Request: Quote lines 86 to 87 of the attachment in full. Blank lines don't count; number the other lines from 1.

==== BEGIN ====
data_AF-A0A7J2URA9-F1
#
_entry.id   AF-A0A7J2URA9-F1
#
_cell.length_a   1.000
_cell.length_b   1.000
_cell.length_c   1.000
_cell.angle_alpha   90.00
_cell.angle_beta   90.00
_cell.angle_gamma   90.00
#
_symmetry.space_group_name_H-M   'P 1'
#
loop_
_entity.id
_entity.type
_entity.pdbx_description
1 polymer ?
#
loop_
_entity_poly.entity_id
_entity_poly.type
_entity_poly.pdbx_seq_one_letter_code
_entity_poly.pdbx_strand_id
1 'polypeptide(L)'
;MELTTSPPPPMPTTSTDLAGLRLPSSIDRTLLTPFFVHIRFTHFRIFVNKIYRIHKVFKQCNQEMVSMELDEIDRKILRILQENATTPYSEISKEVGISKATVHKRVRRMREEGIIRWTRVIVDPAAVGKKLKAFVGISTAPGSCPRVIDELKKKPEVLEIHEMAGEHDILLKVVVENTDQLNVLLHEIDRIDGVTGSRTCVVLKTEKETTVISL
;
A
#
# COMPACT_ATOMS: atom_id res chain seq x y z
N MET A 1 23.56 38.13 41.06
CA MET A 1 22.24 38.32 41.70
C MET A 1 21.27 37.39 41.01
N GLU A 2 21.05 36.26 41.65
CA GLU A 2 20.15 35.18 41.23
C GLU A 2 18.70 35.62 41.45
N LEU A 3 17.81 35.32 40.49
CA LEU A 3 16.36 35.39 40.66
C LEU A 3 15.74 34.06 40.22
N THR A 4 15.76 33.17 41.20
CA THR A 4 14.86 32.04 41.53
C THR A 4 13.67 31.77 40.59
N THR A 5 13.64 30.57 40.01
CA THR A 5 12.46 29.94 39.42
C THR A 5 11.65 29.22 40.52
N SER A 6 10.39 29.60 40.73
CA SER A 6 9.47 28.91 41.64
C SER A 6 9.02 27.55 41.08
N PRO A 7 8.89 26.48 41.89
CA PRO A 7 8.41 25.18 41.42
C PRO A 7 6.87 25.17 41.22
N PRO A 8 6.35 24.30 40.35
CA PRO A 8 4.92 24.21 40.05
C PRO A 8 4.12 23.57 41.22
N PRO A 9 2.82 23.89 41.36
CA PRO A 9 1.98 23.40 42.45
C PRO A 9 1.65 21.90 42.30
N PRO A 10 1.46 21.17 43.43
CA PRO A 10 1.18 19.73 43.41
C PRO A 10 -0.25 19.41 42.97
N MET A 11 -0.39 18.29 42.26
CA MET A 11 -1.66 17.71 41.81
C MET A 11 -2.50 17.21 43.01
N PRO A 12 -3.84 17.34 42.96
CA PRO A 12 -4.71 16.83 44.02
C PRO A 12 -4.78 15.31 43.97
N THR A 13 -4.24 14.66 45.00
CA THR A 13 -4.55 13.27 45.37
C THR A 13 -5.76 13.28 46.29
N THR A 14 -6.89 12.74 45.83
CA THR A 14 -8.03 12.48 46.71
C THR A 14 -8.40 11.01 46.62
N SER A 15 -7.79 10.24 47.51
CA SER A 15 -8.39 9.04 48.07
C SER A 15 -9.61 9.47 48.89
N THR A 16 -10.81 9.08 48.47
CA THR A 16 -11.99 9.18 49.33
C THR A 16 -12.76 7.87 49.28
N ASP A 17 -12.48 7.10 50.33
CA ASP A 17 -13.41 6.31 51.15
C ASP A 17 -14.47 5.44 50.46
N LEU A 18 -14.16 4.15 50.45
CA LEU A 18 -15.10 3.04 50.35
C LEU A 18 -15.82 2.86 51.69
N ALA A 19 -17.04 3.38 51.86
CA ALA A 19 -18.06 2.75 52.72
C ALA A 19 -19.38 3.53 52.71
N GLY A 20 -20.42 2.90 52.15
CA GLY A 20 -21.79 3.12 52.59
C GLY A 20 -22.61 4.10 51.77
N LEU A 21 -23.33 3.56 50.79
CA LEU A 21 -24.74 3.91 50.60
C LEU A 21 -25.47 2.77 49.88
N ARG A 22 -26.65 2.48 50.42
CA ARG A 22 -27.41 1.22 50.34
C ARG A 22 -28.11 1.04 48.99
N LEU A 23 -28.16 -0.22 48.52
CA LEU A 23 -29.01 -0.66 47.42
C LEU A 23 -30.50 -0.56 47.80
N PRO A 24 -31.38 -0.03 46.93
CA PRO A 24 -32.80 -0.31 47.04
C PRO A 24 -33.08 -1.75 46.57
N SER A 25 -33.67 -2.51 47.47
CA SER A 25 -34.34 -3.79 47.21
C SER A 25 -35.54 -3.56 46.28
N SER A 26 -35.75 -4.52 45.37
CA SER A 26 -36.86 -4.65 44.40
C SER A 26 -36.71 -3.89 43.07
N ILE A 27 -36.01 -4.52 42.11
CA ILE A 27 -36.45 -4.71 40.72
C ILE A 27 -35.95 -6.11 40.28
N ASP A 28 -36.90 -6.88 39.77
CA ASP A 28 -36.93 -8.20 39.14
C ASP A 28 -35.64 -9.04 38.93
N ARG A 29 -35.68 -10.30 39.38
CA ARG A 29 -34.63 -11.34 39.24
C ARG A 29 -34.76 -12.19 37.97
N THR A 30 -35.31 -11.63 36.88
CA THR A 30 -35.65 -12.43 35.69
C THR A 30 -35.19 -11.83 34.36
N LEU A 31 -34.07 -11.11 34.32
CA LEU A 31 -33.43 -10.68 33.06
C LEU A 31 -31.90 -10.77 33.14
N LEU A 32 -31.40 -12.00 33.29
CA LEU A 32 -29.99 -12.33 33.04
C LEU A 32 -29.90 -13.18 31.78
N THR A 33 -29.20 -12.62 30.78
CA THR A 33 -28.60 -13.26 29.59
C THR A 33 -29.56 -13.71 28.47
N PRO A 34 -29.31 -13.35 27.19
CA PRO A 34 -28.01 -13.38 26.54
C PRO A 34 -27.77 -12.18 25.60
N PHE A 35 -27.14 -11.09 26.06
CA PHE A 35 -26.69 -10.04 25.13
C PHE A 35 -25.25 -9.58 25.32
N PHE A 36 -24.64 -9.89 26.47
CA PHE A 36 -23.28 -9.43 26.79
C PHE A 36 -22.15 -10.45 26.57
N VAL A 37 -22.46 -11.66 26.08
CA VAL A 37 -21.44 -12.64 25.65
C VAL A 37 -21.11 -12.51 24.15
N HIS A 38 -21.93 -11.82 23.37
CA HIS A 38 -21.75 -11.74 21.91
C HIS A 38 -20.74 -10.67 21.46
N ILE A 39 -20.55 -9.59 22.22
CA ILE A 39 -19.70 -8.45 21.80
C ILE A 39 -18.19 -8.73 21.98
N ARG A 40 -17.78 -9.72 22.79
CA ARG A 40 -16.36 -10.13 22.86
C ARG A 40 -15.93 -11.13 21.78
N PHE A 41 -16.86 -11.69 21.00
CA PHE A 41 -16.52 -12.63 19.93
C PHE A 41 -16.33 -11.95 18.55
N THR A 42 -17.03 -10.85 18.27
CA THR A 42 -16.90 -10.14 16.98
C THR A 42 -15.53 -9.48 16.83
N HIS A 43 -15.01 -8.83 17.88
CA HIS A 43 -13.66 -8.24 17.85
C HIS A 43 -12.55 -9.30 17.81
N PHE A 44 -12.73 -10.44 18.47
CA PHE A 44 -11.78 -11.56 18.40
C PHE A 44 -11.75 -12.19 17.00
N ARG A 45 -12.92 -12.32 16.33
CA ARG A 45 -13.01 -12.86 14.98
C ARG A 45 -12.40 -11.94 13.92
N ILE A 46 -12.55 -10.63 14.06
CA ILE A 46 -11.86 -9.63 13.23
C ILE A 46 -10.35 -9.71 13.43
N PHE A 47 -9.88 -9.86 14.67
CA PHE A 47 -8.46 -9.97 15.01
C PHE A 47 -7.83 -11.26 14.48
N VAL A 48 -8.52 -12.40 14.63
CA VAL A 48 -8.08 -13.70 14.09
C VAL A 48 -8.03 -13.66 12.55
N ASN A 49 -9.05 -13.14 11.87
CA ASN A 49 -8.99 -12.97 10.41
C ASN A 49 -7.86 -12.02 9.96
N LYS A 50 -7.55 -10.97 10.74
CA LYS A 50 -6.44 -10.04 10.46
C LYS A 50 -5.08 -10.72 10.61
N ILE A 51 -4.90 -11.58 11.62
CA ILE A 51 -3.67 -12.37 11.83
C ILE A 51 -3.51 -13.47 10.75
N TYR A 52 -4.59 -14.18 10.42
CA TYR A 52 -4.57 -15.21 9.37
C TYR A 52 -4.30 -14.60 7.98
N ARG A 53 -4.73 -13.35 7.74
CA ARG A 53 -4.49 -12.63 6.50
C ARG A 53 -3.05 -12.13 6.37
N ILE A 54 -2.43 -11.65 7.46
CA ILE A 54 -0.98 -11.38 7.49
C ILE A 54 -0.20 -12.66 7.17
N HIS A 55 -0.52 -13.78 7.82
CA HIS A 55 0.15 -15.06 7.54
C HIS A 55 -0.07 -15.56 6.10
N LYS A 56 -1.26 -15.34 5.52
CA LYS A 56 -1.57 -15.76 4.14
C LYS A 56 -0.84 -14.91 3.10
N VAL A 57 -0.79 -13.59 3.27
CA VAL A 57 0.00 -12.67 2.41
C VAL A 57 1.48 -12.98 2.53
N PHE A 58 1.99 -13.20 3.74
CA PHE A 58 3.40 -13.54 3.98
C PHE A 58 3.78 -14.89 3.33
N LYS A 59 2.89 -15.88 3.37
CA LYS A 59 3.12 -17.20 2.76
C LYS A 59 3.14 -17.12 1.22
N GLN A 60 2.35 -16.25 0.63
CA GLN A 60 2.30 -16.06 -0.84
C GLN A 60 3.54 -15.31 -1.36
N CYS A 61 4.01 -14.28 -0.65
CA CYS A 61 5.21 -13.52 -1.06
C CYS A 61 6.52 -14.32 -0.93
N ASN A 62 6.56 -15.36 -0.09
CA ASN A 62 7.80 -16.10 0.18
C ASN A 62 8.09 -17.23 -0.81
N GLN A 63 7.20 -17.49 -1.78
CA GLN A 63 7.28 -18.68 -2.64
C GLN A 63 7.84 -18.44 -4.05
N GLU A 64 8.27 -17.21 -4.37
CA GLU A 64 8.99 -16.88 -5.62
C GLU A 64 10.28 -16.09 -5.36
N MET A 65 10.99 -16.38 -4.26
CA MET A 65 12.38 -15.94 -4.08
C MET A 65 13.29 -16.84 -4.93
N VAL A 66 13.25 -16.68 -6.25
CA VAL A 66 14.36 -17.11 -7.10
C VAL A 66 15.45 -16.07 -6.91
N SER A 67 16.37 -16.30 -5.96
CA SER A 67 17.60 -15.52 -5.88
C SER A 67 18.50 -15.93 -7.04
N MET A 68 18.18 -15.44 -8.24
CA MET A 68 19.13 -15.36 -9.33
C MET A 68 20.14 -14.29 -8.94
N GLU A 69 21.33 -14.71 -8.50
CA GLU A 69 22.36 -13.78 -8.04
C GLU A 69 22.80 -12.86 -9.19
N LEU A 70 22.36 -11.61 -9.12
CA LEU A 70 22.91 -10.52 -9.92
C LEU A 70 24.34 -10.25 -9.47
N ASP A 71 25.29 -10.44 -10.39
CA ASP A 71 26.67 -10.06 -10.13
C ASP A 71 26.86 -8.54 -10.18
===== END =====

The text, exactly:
CA ALA A 19 -18.06 2.75 52.72
C ALA A 19 -19.38 3.53 52.71